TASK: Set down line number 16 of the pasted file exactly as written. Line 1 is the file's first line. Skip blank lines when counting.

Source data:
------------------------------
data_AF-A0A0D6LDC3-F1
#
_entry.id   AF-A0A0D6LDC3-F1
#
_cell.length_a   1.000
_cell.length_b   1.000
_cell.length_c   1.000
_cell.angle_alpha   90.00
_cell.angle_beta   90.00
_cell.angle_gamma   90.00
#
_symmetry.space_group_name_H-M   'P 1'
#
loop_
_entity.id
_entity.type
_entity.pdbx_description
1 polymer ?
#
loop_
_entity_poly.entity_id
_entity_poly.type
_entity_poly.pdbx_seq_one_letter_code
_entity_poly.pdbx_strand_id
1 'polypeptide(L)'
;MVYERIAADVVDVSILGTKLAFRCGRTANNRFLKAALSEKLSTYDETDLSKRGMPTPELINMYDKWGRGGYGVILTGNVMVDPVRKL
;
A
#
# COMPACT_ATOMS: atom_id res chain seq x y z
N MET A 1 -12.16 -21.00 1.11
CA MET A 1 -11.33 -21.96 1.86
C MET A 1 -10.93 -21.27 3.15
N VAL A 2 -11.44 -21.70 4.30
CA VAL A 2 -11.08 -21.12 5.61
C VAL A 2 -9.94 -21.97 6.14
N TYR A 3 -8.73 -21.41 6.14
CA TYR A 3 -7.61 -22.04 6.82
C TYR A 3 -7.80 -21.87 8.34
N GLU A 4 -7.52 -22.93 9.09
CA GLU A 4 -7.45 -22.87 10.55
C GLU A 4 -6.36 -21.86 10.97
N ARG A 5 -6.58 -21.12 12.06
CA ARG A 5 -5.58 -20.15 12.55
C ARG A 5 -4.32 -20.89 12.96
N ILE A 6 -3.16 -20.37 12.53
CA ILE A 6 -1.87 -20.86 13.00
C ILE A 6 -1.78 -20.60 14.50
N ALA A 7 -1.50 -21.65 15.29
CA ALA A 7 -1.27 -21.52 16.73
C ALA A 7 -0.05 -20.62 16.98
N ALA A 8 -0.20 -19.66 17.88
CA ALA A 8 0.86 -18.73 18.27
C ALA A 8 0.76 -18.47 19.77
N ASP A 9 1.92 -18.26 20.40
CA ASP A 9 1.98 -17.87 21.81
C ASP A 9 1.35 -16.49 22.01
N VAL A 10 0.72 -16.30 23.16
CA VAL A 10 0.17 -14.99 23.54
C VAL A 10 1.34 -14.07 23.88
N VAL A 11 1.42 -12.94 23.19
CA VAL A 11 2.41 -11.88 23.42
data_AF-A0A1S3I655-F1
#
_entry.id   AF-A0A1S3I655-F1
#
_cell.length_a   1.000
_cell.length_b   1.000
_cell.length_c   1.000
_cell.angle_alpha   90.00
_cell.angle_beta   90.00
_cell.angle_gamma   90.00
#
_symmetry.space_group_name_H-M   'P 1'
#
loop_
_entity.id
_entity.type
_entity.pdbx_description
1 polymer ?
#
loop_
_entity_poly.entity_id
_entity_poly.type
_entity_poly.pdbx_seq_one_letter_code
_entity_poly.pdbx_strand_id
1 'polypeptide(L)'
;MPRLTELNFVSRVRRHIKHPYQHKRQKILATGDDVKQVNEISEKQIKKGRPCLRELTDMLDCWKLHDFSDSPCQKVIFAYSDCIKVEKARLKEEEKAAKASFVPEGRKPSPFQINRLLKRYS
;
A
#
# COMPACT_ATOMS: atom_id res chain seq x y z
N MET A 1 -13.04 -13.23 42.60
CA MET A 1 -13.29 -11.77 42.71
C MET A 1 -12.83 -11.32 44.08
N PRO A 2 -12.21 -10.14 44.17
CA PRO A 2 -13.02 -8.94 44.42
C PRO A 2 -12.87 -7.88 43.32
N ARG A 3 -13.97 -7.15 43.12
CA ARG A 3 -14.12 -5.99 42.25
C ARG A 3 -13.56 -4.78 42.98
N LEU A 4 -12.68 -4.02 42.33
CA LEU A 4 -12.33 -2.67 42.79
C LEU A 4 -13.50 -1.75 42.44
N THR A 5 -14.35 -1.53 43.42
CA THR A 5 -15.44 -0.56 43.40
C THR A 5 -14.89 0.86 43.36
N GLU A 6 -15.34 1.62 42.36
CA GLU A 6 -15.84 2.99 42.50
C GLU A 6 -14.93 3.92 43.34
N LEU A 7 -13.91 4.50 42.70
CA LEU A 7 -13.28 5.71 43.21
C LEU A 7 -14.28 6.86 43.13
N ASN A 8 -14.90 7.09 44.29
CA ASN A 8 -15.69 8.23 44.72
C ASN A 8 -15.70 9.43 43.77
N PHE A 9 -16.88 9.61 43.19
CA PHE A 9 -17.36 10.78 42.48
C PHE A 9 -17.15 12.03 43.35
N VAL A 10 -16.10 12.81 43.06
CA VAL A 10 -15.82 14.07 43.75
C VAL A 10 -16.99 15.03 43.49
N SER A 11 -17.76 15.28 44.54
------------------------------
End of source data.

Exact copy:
_entity.type